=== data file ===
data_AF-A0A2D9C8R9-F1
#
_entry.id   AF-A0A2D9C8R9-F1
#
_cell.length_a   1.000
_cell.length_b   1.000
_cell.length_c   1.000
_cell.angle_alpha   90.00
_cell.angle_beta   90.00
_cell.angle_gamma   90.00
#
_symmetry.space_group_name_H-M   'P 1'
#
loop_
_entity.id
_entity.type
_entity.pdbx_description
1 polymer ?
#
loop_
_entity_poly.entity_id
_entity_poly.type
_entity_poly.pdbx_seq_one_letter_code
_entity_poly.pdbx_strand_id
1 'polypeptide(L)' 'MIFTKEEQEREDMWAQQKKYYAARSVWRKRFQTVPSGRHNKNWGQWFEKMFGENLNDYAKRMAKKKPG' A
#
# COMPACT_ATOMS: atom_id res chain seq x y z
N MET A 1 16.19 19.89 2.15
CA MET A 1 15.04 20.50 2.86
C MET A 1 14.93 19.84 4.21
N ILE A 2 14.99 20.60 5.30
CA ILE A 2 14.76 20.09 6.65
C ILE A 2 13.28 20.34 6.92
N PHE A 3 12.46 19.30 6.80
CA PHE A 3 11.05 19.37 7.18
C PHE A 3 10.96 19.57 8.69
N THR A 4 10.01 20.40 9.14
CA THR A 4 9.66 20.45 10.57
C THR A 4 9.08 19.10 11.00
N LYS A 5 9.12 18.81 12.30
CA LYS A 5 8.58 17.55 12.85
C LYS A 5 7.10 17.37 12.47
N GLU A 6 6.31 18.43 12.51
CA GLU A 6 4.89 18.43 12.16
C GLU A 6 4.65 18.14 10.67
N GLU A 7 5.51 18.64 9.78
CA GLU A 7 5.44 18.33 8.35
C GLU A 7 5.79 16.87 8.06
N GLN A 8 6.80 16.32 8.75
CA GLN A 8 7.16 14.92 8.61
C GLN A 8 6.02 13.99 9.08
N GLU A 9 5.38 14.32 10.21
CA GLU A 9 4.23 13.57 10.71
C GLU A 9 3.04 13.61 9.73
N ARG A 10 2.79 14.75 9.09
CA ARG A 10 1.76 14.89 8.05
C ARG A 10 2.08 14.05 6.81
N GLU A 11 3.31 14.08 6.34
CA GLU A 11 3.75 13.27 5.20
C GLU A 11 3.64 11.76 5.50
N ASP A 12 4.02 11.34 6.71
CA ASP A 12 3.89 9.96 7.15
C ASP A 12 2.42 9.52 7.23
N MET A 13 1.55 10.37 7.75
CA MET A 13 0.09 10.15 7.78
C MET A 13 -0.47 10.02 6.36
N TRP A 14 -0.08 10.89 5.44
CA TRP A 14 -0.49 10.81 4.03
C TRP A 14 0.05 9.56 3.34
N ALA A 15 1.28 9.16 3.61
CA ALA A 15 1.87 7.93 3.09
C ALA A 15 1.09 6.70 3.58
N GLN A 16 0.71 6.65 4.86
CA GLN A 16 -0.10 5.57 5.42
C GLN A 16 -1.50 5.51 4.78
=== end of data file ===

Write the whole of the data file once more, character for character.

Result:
data_AF-A0A2D9C8R9-F1
#
_entry.id   AF-A0A2D9C8R9-F1
#
_cell.length_a   1.000
_cell.length_b   1.000
_cell.length_c   1.000
_cell.angle_alpha   90.00
_cell.angle_beta   90.00
_cell.angle_gamma   90.00
#
_symmetry.space_group_name_H-M   'P 1'
#
loop_
_entity.id
_entity.type
_entity.pdbx_description
1 polymer ?
#
loop_
_entity_poly.entity_id
_entity_poly.type
_entity_poly.pdbx_seq_one_letter_code
_entity_poly.pdbx_strand_id
1 'polypeptide(L)' 'MIFTKEEQEREDMWAQQKKYYAARSVWRKRFQTVPSGRHNKNWGQWFEKMFGENLNDYAKRMAKKKPG' A
#
# COMPACT_ATOMS: atom_id res chain seq x y z
N MET A 1 16.19 19.89 2.15
CA MET A 1 15.04 20.50 2.86
C MET A 1 14.93 19.84 4.21
N ILE A 2 14.99 20.60 5.30
CA ILE A 2 14.76 20.09 6.65
C ILE A 2 13.28 20.34 6.92
N PHE A 3 12.46 19.30 6.80
CA PHE A 3 11.05 19.37 7.18
C PHE A 3 10.96 19.57 8.69
N THR A 4 10.01 20.40 9.14
CA THR A 4 9.66 20.45 10.57
C THR A 4 9.08 19.10 11.00
N LYS A 5 9.12 18.81 12.30
CA LYS A 5 8.58 17.55 12.85
C LYS A 5 7.10 17.37 12.47
N GLU A 6 6.31 18.43 12.51
CA GLU A 6 4.89 18.43 12.16
C GLU A 6 4.65 18.14 10.67
N GLU A 7 5.51 18.64 9.78
CA GLU A 7 5.44 18.33 8.35
C GLU A 7 5.79 16.87 8.06
N GLN A 8 6.80 16.32 8.75
CA GLN A 8 7.16 14.92 8.61
C GLN A 8 6.02 13.99 9.08
N GLU A 9 5.38 14.32 10.21
CA GLU A 9 4.23 13.57 10.71
C GLU A 9 3.04 13.61 9.73
N ARG A 10 2.79 14.75 9.09
CA ARG A 10 1.76 14.89 8.05
C ARG A 10 2.08 14.05 6.81
N GLU A 11 3.31 14.08 6.34
CA GLU A 11 3.75 13.27 5.20
C GLU A 11 3.64 11.76 5.50
N ASP A 12 4.02 11.34 6.71
CA ASP A 12 3.89 9.96 7.15
C ASP A 12 2.42 9.52 7.23
N MET A 13 1.55 10.37 7.75
CA MET A 13 0.09 10.15 7.78
C MET A 13 -0.47 10.02 6.36
N TRP A 14 -0.08 10.89 5.44
CA TRP A 14 -0.49 10.81 4.03
C TRP A 14 0.05 9.56 3.34
N ALA A 15 1.28 9.16 3.61
CA ALA A 15 1.87 7.93 3.09
C ALA A 15 1.09 6.70 3.58
N GLN A 16 0.71 6.65 4.86
CA GLN A 16 -0.10 5.57 5.42
C GLN A 16 -1.50 5.51 4.78